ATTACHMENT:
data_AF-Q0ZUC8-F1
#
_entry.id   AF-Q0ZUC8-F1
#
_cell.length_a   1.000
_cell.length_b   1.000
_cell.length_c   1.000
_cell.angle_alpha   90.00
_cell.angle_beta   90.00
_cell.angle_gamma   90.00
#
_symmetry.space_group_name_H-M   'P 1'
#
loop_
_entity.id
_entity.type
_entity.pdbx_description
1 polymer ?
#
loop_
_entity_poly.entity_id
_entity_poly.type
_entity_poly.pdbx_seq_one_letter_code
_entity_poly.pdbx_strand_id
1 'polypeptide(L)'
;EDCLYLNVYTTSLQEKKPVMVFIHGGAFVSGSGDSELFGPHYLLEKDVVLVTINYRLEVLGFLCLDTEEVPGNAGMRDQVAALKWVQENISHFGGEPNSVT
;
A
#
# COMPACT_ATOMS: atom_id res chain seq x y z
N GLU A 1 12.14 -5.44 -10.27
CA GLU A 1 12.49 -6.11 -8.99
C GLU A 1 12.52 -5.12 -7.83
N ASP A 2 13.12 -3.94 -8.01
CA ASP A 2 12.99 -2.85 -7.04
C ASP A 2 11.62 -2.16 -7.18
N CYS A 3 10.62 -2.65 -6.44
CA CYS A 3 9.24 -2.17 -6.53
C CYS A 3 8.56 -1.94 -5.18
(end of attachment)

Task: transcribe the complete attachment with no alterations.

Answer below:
data_AF-Q0ZUC8-F1
#
_entry.id   AF-Q0ZUC8-F1
#
_cell.length_a   1.000
_cell.length_b   1.000
_cell.length_c   1.000
_cell.angle_alpha   90.00
_cell.angle_beta   90.00
_cell.angle_gamma   90.00
#
_symmetry.space_group_name_H-M   'P 1'
#
loop_
_entity.id
_entity.type
_entity.pdbx_description
1 polymer ?
#
loop_
_entity_poly.entity_id
_entity_poly.type
_entity_poly.pdbx_seq_one_letter_code
_entity_poly.pdbx_strand_id
1 'polypeptide(L)'
;EDCLYLNVYTTSLQEKKPVMVFIHGGAFVSGSGDSELFGPHYLLEKDVVLVTINYRLEVLGFLCLDTEEVPGNAGMRDQVAALKWVQENISHFGGEPNSVT
;
A
#
# COMPACT_ATOMS: atom_id res chain seq x y z
N GLU A 1 12.14 -5.44 -10.27
CA GLU A 1 12.49 -6.11 -8.99
C GLU A 1 12.52 -5.12 -7.83
N ASP A 2 13.12 -3.94 -8.01
CA ASP A 2 12.99 -2.85 -7.04
C ASP A 2 11.62 -2.16 -7.18
N CYS A 3 10.62 -2.65 -6.44
CA CYS A 3 9.24 -2.17 -6.53
C CYS A 3 8.56 -1.94 -5.18